Abstract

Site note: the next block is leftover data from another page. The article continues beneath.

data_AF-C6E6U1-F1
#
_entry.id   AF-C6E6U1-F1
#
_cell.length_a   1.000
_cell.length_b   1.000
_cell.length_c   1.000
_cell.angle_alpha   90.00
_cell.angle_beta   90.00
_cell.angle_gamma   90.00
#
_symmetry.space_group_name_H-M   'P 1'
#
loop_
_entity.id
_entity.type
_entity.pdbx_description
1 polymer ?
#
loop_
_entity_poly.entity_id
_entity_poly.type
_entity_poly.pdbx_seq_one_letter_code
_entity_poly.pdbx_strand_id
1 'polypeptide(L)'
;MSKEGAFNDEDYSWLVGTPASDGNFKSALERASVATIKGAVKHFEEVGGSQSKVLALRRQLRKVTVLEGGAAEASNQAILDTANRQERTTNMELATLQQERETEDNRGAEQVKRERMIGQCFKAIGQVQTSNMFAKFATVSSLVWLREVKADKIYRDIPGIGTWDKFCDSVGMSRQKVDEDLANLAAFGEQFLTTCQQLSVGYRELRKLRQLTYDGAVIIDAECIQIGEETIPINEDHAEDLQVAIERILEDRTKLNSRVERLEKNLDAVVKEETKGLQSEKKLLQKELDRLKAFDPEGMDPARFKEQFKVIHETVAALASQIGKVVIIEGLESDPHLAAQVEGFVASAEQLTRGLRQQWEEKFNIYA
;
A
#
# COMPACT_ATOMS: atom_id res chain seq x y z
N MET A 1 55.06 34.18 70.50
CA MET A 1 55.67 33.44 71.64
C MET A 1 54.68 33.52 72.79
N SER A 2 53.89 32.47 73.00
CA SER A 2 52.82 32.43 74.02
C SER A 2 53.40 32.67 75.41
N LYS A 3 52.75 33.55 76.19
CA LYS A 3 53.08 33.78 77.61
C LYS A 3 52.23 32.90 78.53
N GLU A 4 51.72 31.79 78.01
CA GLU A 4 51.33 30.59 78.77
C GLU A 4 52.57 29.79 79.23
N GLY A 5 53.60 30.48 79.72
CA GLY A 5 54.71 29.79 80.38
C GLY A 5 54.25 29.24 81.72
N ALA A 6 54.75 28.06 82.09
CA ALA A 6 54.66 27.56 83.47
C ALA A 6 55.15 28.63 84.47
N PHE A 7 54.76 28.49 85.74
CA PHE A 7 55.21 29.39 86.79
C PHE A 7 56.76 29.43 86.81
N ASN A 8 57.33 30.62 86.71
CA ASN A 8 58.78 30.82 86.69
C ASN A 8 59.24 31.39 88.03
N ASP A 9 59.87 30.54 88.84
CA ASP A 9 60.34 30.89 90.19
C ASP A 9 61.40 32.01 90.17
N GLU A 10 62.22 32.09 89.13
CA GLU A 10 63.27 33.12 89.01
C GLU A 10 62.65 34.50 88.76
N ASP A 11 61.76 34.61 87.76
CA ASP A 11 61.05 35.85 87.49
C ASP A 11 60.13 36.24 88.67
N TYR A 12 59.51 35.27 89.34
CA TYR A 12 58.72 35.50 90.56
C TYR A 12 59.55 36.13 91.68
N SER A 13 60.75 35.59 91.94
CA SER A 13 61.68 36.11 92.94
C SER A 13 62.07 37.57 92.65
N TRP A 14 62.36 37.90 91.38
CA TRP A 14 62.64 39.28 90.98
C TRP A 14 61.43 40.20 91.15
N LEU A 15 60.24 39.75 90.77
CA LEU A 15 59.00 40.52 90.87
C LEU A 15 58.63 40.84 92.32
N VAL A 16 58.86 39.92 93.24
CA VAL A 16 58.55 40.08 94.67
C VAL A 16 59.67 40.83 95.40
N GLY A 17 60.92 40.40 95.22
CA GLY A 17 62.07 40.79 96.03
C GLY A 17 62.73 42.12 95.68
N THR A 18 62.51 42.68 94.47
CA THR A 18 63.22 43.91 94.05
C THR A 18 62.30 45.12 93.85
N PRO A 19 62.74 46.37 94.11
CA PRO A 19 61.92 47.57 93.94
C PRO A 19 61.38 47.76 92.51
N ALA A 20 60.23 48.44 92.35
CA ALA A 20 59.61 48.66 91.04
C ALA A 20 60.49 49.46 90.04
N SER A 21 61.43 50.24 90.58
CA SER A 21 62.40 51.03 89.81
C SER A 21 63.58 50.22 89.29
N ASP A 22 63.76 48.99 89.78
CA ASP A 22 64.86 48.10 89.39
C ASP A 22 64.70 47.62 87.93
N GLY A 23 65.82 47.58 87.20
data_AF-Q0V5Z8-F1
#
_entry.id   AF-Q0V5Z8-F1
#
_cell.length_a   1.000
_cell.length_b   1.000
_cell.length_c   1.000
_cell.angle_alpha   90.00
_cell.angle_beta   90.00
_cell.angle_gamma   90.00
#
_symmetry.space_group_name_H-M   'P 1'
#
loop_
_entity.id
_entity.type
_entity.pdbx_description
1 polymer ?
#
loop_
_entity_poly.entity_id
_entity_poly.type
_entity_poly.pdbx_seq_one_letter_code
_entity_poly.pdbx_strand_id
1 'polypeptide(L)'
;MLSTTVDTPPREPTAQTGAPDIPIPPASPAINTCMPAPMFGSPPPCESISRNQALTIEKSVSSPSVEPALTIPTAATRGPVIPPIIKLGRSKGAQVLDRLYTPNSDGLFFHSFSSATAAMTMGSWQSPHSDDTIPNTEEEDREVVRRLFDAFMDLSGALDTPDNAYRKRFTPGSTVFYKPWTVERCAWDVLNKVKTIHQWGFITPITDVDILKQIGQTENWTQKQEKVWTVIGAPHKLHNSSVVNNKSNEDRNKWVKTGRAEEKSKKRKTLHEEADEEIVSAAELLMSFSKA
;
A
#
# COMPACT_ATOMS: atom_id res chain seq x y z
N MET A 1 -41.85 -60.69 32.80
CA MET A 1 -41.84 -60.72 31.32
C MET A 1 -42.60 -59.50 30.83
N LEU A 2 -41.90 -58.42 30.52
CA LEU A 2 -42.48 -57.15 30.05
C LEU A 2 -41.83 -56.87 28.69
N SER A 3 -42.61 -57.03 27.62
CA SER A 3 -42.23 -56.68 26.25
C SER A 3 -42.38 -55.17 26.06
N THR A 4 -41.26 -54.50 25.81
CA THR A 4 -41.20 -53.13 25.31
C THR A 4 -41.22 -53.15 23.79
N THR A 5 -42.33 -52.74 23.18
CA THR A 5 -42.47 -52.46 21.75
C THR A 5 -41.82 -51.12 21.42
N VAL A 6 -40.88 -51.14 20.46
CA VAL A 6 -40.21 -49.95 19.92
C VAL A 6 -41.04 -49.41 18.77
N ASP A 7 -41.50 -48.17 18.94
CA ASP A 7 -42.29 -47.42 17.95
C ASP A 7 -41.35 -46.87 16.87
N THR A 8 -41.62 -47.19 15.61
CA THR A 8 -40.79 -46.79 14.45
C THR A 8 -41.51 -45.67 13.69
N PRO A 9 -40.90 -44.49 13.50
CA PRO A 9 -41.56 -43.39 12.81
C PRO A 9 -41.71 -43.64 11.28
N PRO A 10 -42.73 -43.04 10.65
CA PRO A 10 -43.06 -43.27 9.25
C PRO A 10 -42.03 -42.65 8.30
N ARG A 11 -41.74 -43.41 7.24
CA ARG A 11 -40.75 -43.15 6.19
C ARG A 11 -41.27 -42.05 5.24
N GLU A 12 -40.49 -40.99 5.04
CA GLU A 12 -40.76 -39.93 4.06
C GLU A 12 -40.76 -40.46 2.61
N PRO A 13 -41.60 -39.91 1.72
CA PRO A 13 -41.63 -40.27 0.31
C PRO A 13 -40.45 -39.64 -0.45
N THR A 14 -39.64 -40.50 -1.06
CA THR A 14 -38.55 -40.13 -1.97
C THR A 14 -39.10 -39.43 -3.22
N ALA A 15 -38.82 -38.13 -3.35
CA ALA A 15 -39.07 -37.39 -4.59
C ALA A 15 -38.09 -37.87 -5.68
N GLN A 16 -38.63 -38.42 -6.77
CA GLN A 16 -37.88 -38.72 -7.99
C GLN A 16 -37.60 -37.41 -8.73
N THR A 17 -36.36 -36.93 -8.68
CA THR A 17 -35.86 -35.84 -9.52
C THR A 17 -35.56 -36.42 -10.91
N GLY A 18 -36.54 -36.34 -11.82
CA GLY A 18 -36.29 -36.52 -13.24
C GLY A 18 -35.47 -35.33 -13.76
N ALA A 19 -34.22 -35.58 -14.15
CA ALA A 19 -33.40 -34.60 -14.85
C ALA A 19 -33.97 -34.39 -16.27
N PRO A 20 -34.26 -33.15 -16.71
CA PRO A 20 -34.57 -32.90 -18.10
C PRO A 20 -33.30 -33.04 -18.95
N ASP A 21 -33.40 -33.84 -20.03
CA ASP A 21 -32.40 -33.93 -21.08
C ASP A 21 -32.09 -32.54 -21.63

Previous studies find that human capital investments in boys are less income elastic than investments in girls, attributing this result to favoritism toward boys. I show theoretically that it is plausible for more productive or favored household members to have higher income elasticities. I then investigate this question empirically, utilizing panel data on individual nutrient intake from the China Health and Nutrition Survey (CHNS) to analyze how changes in household per-capita nutrient intake affect the intra-household allocation of nutrients. To deal with potential biases due to omitted variables and simultaneity, I use measures of rainfall variation as instruments. I find that nutritional intakes are more elastic for males (especially prime-age men) than for females, and significantly less elastic for the elderly.